Layman struggles with Science
04-11-2010, 10:05 AM
RE: Layman struggles with Science
I have also read through the Dan Pangburn paper.
I particularly like the thermalisation description,
it sounds similar to an idea I tried to describe a bit back.
Infact, it has helped me develop the idea and pull some other seemingly contradictory things together.
I'll try to explain what I mean.
1) According to the physicists molecular view CO2 has a higher specific heat than other atmospheric constituents.
2) According to chemists mass based calculations CO2 has a lower specific heat capacity than other atmospheric constituents in a mixed atmosphere.
3) William Kinnimonth, amongst many others such as Hans Schreuder say that GHG's aid, or greatly increase the redistribution / loss of heat by radiation from the atmosphere.
(How can CO2 aid heat loss from the atmosphere but also warm the atmosphere. ? Surely CO2 can not do both, particularly at the same time.)
4) CO2 absorbs and looses the exact same photons.
(How can it do this without any work done losses ?)
If a molecule of CO2 has a higher specific heat than other atmospheric constituents then when they bump into each other,
CO2 will give up it's heat slower to the other constituents.
Infact it could well be hotter than the other atmospheric constituents, at least slightly.
CO2 can be heated by radiation that the other atmospheric constituents are transparent to, so
whenever a CO2 molecule absorbs it's particular wavelength of radiation it is made hotter than the atmosphere it is in.
As the other constituents bump into the CO2 molecule it looses heat a bit at a time to them.
Let us say that a photon of radiation to a CO2 molecule is worth 10 units.
AND, with each collision CO2 loosses 1 unit to the other atmospheric constituent.
For this example as all temperature is above absolute zero, let us assume our CO2 molecule has an energy level of 1,000 units.
The surronding atmosphere is also at a level of 1,000 units per molecule.
When the CO2 molecule absorbs a photon it's level increases by 10 units,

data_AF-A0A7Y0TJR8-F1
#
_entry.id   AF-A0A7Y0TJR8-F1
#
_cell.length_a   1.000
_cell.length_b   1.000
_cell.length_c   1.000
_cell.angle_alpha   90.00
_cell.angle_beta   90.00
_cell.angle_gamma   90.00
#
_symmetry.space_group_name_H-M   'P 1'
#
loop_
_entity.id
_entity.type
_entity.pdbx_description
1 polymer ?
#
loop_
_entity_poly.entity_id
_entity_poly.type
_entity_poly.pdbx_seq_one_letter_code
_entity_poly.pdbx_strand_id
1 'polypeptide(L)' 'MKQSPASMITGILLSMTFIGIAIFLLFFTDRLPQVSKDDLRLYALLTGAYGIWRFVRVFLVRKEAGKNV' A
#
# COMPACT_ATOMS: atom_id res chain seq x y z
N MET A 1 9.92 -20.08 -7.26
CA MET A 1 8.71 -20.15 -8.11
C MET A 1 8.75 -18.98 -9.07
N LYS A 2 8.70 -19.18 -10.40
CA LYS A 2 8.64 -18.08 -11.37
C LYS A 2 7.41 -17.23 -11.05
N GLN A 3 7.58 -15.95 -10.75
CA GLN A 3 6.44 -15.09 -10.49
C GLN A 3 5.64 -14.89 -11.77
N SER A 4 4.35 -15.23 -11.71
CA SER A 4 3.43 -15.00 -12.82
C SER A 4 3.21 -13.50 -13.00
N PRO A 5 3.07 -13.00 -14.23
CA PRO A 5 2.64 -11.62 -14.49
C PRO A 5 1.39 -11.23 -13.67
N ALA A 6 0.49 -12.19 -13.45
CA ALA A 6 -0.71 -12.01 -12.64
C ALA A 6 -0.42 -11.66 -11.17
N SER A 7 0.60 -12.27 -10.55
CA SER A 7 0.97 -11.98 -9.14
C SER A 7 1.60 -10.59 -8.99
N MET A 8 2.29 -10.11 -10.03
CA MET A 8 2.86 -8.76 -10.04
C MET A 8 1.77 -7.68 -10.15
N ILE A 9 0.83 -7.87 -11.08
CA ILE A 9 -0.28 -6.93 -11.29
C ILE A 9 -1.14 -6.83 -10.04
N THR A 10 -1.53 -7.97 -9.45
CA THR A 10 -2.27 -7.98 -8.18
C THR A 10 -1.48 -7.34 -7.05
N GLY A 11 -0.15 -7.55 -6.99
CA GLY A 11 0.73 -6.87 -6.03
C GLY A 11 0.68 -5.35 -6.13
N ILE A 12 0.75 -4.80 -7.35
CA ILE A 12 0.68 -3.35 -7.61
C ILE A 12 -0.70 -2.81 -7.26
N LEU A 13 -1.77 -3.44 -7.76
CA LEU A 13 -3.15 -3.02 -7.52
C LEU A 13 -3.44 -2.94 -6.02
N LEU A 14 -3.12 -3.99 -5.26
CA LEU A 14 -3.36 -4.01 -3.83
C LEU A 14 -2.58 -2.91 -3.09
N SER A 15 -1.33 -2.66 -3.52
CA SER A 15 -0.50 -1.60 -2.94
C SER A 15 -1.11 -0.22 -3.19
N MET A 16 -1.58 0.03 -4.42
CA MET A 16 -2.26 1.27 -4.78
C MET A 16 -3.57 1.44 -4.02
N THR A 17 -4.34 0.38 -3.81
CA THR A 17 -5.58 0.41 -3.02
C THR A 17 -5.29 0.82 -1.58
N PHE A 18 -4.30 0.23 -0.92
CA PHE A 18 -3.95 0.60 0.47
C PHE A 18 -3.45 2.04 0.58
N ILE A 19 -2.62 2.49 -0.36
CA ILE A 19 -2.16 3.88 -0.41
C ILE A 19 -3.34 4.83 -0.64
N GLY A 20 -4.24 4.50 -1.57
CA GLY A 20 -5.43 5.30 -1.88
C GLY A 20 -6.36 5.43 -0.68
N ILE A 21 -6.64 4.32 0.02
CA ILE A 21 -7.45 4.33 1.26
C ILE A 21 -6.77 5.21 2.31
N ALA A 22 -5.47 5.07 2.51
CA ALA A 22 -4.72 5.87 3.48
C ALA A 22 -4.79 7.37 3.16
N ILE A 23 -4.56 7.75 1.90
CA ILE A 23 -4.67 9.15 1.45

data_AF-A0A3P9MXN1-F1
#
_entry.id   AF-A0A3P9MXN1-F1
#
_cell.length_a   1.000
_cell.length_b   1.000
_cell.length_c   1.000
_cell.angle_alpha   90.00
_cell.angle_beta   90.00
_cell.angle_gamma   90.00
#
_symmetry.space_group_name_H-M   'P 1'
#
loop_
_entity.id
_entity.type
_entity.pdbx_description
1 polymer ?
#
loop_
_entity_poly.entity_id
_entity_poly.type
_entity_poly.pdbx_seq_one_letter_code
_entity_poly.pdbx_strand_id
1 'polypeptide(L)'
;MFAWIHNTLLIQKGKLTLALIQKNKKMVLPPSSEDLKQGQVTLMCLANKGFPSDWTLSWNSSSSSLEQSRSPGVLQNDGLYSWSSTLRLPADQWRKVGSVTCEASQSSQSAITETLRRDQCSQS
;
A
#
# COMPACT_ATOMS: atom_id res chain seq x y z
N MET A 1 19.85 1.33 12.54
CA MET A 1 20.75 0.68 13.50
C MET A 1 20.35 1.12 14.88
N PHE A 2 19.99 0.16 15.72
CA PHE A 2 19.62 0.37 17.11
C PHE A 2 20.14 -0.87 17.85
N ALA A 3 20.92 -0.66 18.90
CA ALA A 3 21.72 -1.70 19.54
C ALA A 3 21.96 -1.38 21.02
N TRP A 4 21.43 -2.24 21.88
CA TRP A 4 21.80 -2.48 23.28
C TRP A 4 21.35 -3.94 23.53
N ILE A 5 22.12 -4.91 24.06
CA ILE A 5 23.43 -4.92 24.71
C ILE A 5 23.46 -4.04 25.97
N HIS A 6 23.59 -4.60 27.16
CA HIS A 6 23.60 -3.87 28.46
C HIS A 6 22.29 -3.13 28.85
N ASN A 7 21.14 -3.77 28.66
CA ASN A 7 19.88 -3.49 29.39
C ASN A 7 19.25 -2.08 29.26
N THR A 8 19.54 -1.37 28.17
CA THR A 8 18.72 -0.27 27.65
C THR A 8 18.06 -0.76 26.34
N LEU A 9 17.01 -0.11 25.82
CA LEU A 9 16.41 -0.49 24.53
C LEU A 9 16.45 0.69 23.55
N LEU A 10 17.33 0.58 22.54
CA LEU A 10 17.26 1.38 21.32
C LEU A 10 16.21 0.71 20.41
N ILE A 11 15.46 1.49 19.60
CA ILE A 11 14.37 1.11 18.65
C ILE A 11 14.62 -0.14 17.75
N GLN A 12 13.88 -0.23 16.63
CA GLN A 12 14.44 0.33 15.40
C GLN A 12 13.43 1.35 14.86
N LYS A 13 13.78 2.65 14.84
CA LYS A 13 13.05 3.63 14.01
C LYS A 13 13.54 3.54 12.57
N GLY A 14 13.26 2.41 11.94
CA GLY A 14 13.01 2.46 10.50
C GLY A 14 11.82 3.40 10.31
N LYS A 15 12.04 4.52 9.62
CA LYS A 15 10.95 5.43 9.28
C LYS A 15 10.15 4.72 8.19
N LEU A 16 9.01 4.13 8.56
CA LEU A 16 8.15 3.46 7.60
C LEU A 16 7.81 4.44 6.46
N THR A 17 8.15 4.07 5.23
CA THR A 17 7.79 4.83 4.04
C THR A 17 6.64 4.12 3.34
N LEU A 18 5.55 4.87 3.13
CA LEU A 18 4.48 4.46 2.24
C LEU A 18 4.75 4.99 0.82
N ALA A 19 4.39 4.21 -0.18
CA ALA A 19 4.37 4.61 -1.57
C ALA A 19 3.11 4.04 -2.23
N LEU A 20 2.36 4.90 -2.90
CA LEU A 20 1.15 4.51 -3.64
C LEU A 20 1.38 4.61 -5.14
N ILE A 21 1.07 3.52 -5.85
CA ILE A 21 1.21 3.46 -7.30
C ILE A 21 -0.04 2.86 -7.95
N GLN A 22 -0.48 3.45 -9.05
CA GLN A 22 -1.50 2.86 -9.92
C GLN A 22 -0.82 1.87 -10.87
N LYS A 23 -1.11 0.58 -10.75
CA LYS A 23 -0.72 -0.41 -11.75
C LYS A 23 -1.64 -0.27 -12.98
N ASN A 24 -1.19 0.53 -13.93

in this example to 1,010.
A short while later a.n.other atmospheric constituent bumps into it.
The CO2 molecule looses 1 unit, it is now at 1,009 units.
This happens again and the CO2 molecule looses another unit, it's new level being 1,008.
This continues untill the CO2 is at the same level again as the rest of the atmosphere.
This is the thermalisation Dan Pangburn describes, and is how CO2 could heat the atmosphere.
If the difference between the CO2 molecules level and the atmospheric constituents around it gets above 11 units,
then CO2 reacts by emitting a 10 unit photon.
So, as CO2 is heating the atmosphere if it recieves another photon it will be above the difference at which it has to emit a photon,
so it does, almost instantly.
This almost instantly is longer than the time it takes for another atmospheric constituent to bump into it,
so at least one unit will be lost, before a photon is emitted.
This scenario I think works whether the atmospheric temperature is rising or falling.
The exact units are proportions that are temperature dependent for the other atmospheric constituents, and the heat lost / conducted to CO2,
but the photon "size" always remains the same, because that it determined by the chemical bond snapping from one state to another,
which the energy for this is irrespective of temerature as such, but does determine the "size" of the CO2 photon.
Does this seem reasonable, it does appear to me to tie all the above apparently contradictory "things" together.
Whether the atmosphere be heating or cooling, over the temperature ranges that exist within the atmosphere.
The whole aim of practical politics is to keep the populace alarmed
(and hence clamorous to be led to safety)
by menacing it with an endless series of hobgoblins, all of them imaginary.
H. L. Mencken.
The hobgoblins have to be imaginary so that
"they" can offer their solutions, not THE solutions.
|Messages In This Thread|
RE: Layman struggles with Science - Derek - 04-11-2010 10:05 AM
User(s) browsing this thread: 1 Guest(s)